Yet this explanation does not catch the full backward drift of the Chinese political system. After all, Hu Jintao, the target of the princelings, has himself been in the forefront of a Maoist revival in the last half-decade. Unfortunately, Chinese leaders are trying to respond to the widespread mood of discontent in Chinese society with a renewed emphasis on ideological indoctrination.

Most people in society, especially the young, aren’t buying Hu’s Maoist campaign. And neither are restive military officers like the outspoken Liu, who see this moment as the time to consolidate power. Now they feel strong enough to publicly take on civilians, who are viewed as weak.

And in a sense, civilian party leaders are vulnerable. First, Chinese generals and admirals are starting to look like power brokers, as Xi Jinping and other Fifth Generation civilian leaders involve themselves in factional struggles and seek PLA support for their ambitions. Second, the clout of central Communist Party officials is declining as authority diffuses throughout the country and as they lose legitimacy for various reasons. Third, civilian leaders are relying on the military to keep order — and to keep themselves in power in the face of protests across the country. And finally, the military has remained relatively cohesive while other power blocs in the Communist Party have frayed.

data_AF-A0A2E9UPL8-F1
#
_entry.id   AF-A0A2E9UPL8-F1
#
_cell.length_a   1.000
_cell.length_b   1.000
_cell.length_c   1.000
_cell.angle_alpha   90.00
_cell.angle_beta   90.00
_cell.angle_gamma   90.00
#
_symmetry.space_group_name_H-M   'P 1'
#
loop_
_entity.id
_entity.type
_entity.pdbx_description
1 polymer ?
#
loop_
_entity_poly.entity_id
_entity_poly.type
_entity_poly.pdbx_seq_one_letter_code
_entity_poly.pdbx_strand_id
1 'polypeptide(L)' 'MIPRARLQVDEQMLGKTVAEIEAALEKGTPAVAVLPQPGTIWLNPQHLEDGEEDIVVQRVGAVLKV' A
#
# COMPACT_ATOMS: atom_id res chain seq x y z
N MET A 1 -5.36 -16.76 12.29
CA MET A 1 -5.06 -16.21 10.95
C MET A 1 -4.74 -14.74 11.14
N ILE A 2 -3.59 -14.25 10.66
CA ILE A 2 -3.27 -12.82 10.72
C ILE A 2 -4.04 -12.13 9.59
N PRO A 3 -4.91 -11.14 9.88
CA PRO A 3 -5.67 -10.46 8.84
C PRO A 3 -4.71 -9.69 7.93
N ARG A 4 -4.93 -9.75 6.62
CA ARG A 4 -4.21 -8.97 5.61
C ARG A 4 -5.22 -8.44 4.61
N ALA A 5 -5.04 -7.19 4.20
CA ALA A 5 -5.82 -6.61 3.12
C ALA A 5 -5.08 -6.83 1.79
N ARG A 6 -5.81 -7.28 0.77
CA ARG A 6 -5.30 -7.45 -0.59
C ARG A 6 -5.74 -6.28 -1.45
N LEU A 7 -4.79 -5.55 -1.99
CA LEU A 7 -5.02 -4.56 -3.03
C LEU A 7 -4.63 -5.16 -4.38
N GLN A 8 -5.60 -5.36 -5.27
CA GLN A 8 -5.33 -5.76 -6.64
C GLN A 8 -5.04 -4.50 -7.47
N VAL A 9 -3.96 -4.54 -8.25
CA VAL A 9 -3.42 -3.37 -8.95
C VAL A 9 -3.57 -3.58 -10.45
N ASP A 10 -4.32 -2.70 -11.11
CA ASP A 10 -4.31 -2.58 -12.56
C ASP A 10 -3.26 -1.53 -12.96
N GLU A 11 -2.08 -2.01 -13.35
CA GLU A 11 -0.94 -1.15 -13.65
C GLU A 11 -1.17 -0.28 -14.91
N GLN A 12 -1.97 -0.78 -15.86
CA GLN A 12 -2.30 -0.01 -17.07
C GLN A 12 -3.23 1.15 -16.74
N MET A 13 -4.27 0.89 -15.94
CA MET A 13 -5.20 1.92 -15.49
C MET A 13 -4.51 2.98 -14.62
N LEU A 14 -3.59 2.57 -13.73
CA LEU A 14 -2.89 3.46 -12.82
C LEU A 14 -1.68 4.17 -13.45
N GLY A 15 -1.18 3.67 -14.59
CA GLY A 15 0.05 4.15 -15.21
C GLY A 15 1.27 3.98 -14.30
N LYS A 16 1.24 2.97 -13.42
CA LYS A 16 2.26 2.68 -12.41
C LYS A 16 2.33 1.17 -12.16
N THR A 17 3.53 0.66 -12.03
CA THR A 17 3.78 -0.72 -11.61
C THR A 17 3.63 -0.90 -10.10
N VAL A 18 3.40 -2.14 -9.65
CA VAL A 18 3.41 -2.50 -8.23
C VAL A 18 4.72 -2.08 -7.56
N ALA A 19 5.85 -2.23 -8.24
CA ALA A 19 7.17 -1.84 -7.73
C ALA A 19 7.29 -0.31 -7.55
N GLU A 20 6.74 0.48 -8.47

The result of these four trends is the partial remilitarization of politics and policy as the top brass is filling the resulting void in power. In China there now exists the same dynamic that shaped Japan in the 1930s. Officers are thinking more about what they can do, not what they should.

Washington for the longest time has tried to downplay the rise of hostile elements in the Chinese military. That is a mistake. Before Liu became a famous essay writer, he made his mark by making incendiary comments. In 2004, for instance, he called the United States a “whore.” Senior Chinese officers are now disrespecting not only their own civilian leaders but American ones as well. China’s generals are on a bender — and just about everyone else needs to watch out.